Through studying substrates like Hopi pottery and Eastern Pomo, Paiute, and Nisenan basketry, Blassingame and Sauer found cultural significance and function inside each respective cultural context that challenged the definitions of book art. They continue: “This was when we really honed in on the need to formally redefine paper in a way that reflects not only the Chinese technology and its later adaptations, or legacies of colonialism and cultural genocide, but the whole of human knowledge and cultural production. That, to us, is the work of decolonizing the art of papermaking. It involves examining the impact of colonialism, slavery, and genocide on both the existing definition of paper and constructing—or at least beginning the work of constructing—a new framework that can more fully encompass culturally significant substrates made around the world. Skye Tafoya’s sculptural books exemplify this new framework, as does Alisa Banks’ piecework.”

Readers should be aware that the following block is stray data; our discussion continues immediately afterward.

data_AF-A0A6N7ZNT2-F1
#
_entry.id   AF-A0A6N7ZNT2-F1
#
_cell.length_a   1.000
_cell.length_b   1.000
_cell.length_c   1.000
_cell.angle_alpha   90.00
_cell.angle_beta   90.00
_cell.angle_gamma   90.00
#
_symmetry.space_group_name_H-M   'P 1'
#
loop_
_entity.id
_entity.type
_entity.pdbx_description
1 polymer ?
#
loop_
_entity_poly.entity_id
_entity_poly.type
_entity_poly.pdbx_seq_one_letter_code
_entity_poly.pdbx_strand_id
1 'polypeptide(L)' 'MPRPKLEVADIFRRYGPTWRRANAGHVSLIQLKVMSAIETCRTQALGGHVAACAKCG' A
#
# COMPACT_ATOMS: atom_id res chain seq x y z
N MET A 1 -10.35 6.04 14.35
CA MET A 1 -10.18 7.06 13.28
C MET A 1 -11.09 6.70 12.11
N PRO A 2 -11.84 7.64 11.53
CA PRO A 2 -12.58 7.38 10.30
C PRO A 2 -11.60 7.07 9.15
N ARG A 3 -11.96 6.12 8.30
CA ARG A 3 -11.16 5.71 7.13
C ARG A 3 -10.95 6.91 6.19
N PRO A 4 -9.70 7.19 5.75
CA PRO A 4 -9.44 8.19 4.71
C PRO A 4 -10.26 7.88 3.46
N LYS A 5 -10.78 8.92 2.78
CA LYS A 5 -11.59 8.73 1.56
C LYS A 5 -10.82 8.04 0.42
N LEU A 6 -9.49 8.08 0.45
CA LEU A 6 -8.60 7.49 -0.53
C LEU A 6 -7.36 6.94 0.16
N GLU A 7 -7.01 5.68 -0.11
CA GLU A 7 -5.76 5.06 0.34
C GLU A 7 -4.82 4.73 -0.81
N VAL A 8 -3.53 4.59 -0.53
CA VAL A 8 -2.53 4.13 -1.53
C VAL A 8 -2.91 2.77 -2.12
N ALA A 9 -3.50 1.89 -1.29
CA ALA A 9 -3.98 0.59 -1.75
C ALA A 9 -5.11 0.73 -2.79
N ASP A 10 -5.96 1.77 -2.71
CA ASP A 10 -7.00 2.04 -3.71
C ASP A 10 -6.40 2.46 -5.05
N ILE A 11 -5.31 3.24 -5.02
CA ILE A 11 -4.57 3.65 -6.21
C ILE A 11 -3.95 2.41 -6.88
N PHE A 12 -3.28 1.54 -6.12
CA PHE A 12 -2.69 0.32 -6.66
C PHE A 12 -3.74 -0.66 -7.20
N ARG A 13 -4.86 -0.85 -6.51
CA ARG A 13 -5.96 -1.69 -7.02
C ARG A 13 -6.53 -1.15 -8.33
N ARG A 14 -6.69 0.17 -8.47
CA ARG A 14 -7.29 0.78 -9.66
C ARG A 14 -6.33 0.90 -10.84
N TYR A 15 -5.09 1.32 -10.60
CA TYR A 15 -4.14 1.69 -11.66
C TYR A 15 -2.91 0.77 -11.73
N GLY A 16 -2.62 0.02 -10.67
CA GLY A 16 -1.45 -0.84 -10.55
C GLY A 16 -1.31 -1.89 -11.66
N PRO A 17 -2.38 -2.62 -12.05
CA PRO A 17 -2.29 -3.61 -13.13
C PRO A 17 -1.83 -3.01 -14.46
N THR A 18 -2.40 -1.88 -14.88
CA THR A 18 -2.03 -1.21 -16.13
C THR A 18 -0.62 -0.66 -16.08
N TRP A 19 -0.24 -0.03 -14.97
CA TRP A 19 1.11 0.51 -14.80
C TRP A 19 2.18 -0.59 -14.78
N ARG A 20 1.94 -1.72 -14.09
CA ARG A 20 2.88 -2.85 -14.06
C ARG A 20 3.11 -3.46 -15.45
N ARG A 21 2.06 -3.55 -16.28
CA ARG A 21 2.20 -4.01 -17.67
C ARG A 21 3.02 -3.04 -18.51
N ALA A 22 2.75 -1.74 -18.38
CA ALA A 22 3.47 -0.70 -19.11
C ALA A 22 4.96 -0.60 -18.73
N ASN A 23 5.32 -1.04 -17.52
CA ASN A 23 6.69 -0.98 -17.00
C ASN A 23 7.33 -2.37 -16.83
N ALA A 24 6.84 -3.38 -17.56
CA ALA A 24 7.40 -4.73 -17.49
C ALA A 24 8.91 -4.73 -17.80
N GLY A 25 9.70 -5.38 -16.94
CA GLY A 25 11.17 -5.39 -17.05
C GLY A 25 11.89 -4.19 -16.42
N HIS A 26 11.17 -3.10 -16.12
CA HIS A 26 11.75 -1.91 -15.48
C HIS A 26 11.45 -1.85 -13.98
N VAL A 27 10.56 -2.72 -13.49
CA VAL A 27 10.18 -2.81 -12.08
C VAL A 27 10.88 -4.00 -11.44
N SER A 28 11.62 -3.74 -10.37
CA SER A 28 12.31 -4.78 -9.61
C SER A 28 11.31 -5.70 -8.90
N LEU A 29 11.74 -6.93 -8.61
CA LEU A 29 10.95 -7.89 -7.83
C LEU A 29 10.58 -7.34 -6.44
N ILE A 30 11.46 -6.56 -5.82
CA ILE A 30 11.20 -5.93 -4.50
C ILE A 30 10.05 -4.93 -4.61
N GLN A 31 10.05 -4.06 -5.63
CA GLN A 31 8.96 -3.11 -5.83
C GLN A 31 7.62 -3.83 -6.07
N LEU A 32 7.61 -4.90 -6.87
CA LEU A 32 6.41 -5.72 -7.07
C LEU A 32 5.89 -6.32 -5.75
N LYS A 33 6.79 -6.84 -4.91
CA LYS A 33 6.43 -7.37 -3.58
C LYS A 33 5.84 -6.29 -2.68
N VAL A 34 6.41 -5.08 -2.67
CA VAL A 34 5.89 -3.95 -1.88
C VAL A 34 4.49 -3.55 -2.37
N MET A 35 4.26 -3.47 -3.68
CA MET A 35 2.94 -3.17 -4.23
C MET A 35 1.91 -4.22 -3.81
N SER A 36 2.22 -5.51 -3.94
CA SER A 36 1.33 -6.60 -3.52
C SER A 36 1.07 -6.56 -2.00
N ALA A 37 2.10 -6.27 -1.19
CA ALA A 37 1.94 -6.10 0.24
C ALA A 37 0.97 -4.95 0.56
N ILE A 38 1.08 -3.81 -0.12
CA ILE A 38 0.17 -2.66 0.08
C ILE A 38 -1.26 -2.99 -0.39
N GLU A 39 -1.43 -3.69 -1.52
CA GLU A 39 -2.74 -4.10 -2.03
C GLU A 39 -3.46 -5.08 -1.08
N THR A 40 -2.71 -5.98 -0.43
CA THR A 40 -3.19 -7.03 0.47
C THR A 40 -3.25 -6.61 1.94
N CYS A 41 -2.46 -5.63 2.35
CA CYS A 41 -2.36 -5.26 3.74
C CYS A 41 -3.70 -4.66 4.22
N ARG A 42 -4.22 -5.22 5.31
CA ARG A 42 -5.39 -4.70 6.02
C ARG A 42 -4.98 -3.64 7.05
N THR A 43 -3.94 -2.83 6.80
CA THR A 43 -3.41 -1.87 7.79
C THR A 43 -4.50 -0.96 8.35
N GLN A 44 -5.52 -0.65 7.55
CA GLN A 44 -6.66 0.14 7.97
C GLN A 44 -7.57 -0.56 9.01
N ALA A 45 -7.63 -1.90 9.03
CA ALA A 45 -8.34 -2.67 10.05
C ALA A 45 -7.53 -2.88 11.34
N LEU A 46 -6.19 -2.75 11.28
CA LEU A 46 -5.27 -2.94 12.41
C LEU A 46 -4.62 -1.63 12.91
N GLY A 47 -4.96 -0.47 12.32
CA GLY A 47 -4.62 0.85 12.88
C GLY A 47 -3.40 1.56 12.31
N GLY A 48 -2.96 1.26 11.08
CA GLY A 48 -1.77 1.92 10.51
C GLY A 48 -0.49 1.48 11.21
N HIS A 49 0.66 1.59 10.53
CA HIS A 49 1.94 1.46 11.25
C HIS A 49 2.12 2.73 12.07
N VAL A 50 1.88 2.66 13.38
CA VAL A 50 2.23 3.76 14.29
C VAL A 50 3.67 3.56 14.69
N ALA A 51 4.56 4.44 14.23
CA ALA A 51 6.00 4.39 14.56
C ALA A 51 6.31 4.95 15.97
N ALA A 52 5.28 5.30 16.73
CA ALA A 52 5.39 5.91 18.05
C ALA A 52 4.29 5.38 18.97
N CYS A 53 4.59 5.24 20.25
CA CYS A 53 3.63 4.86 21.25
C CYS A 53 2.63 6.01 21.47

Disrupting the perspective that traditional technologies and modern techniques live in opposition to each other, the artists featured in “Paper Is People” blend ancestral and cultural knowledge of paper and handmade substrates through a contemporary context. Working in tapa, (made from the paper-mulberry plant) artist Chenta Laury’s Patchwork: Holding Dichotomies ruminates on how each tradition carries its own cultural aesthetic and vocabulary along with the implicit vocabulary that lies within the materials themselves. In Holding & Grasping: the Wet + Dry, artist Hong Hong explores childhood memories of visiting a Buddhist temple through earthly materials (sun, dust, water) as well as hair, fiber-reactive dyes, mulberry bark, and repurposed paper, inviting the viewer to experience paper as a metaphysical object bridging into the incorporeal. In Dragonflies and Flower, artist Kelly Church connects to and highlights the uses of birch bark, a versatile fiber the Anishinaabe people have used for centuries before the colonization of this country. Church states, “I harvest birch bark in the same manner my ancestors did long ago and use it the same way for etchings or birch-bark bitings, creating vessels to hold objects, food, or a baby; and share my voice and vision of my life as a Native woman Artist living in today’s world.”